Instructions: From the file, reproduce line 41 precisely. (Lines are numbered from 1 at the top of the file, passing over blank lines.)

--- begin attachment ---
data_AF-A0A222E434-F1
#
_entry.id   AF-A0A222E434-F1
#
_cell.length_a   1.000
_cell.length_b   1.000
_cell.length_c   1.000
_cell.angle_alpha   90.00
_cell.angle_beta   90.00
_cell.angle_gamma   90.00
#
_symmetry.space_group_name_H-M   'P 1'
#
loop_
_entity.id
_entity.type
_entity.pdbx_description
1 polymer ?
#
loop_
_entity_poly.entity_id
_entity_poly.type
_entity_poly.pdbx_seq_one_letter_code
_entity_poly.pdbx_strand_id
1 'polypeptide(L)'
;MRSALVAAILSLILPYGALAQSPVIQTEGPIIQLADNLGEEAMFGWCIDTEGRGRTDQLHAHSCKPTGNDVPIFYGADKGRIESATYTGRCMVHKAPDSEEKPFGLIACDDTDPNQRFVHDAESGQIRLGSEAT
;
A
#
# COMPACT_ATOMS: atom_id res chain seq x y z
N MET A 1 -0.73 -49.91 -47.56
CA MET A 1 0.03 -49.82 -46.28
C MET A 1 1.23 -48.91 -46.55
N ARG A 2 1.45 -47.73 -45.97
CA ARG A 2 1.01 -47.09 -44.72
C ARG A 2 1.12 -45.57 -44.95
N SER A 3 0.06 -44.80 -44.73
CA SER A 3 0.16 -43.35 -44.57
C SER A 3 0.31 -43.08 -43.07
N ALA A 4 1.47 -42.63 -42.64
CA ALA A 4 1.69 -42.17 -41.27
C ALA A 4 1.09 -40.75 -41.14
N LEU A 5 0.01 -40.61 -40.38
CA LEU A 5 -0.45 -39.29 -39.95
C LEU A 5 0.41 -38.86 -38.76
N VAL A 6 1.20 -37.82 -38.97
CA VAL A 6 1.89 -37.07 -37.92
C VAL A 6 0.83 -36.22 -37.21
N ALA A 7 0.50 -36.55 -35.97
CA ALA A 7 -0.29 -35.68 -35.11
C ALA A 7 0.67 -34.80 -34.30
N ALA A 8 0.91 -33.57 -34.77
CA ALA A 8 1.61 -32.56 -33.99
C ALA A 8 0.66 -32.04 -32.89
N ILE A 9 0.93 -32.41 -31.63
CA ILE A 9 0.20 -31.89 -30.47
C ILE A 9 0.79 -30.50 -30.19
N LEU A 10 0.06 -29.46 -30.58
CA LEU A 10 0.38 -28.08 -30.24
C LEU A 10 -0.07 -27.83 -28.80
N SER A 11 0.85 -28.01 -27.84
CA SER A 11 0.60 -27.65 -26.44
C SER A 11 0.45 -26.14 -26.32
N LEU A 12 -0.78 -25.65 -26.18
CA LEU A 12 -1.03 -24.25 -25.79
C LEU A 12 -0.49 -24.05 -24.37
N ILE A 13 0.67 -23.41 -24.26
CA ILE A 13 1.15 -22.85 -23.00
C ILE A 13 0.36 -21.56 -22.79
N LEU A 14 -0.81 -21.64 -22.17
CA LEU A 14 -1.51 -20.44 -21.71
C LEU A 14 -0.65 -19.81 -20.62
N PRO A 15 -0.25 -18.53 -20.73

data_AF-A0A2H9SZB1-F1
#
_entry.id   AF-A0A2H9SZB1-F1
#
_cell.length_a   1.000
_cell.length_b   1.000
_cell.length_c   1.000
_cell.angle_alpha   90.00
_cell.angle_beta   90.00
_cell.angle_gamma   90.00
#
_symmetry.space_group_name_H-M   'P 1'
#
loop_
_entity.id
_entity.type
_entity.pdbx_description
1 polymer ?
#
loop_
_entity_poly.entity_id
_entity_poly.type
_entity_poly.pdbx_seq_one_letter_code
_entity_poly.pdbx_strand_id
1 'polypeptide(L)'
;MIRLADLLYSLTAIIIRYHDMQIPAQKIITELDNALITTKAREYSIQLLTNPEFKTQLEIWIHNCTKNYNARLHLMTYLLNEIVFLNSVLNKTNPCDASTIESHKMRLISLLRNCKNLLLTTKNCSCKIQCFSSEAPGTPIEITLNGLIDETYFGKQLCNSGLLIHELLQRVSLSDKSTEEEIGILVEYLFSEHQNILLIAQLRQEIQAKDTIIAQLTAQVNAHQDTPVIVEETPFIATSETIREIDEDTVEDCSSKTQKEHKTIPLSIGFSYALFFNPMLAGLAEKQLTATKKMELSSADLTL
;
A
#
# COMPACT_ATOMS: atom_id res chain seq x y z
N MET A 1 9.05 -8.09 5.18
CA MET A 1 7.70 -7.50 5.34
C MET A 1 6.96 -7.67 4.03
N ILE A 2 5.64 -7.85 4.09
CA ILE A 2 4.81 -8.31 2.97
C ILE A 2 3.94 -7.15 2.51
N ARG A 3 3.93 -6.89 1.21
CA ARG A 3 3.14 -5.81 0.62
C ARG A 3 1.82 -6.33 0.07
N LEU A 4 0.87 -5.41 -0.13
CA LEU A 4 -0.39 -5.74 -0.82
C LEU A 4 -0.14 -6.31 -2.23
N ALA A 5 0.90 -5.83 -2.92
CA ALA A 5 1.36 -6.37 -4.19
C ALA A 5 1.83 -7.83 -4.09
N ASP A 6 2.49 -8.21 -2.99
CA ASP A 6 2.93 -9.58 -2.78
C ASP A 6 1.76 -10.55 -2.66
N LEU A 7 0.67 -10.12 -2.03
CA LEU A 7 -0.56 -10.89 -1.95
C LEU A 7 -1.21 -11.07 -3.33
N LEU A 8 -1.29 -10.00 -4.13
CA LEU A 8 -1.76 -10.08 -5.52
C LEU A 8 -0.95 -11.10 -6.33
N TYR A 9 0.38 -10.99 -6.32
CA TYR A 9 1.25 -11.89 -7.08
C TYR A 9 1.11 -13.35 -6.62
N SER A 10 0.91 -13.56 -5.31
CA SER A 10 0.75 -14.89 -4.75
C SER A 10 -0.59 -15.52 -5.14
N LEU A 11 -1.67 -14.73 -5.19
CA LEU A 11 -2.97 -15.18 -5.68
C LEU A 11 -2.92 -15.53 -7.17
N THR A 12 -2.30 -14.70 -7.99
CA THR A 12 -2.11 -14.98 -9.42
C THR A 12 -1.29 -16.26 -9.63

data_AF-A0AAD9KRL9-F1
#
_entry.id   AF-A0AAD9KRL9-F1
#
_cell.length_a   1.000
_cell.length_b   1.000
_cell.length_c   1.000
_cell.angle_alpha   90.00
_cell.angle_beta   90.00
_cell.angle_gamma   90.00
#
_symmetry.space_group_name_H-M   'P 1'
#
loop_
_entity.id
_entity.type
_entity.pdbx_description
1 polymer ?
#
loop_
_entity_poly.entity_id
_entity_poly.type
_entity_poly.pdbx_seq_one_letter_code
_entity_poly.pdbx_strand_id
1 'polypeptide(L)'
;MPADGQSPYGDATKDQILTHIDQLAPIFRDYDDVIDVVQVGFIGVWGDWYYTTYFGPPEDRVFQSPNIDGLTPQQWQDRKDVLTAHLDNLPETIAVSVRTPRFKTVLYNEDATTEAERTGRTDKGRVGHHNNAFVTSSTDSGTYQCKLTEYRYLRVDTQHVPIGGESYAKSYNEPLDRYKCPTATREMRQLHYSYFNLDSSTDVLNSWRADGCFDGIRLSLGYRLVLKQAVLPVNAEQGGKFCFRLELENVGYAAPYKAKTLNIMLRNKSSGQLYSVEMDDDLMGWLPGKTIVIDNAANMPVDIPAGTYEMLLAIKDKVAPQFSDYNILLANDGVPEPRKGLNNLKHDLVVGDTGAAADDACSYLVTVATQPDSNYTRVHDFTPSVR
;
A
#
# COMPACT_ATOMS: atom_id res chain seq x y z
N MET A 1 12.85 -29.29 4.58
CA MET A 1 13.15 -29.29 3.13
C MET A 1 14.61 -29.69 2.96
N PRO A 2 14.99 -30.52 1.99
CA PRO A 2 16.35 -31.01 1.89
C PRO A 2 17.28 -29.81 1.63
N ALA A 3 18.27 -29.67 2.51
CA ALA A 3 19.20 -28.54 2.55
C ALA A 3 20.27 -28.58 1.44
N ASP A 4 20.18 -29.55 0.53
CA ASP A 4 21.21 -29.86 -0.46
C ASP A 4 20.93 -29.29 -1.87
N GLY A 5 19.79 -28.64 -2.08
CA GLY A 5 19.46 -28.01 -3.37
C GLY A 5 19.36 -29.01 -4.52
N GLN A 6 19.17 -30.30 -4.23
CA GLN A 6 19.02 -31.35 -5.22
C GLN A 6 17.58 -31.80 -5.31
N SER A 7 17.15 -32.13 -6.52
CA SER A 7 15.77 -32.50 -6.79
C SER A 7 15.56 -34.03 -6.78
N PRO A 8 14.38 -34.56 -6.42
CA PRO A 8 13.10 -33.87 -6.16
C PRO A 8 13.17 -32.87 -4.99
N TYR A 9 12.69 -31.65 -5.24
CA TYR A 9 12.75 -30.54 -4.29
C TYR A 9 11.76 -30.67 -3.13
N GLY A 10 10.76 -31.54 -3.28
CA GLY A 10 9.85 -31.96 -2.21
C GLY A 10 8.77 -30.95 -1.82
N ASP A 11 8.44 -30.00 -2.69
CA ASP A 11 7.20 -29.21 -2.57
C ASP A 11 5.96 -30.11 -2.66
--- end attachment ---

CA ALA A 4 1.69 -42.17 -41.27